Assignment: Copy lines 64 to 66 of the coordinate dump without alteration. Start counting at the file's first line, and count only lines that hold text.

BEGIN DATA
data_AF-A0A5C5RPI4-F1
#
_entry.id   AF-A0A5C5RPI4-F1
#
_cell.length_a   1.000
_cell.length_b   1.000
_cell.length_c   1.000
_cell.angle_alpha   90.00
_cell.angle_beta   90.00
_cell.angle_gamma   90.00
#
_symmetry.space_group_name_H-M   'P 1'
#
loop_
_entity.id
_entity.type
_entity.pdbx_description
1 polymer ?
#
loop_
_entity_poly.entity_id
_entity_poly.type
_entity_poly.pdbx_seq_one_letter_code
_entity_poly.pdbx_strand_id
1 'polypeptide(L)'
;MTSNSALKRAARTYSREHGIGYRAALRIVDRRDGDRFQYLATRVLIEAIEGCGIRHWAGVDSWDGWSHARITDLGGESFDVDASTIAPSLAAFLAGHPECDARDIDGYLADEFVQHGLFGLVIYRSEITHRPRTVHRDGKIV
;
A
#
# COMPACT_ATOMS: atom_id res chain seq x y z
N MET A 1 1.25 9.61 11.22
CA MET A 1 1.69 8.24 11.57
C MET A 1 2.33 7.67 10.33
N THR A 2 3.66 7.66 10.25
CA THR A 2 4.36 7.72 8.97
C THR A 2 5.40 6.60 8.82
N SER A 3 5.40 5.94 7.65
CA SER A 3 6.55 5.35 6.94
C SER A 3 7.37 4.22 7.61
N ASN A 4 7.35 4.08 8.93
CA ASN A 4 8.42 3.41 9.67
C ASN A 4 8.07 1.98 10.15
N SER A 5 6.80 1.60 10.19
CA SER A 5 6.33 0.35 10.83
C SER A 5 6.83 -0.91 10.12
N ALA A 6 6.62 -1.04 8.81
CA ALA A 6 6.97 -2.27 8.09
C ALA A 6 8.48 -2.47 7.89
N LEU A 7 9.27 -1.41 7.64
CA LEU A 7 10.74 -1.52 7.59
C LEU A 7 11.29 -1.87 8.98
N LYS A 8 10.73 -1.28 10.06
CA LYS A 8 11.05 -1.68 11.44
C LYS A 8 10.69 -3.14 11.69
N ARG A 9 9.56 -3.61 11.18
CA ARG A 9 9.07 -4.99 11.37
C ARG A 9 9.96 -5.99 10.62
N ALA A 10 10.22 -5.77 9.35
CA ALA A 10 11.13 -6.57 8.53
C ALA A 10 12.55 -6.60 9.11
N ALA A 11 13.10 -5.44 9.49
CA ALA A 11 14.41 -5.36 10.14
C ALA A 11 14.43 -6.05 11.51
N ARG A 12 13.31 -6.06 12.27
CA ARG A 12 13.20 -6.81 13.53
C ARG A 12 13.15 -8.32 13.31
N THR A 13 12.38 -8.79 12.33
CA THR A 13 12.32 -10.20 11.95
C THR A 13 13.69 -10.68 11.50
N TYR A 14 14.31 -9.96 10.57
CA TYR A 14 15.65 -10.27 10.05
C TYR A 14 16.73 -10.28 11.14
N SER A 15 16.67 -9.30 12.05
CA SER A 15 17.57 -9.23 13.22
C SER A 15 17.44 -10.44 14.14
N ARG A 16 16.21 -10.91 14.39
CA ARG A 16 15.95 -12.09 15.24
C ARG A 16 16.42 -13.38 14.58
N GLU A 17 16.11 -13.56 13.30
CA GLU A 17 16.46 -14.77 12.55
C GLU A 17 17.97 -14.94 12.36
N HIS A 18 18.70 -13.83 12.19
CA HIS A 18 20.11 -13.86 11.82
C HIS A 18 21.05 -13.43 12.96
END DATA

N ARG A 12 13.31 -6.06 12.27
CA ARG A 12 13.20 -6.81 13.53
C ARG A 12 13.15 -8.32 13.31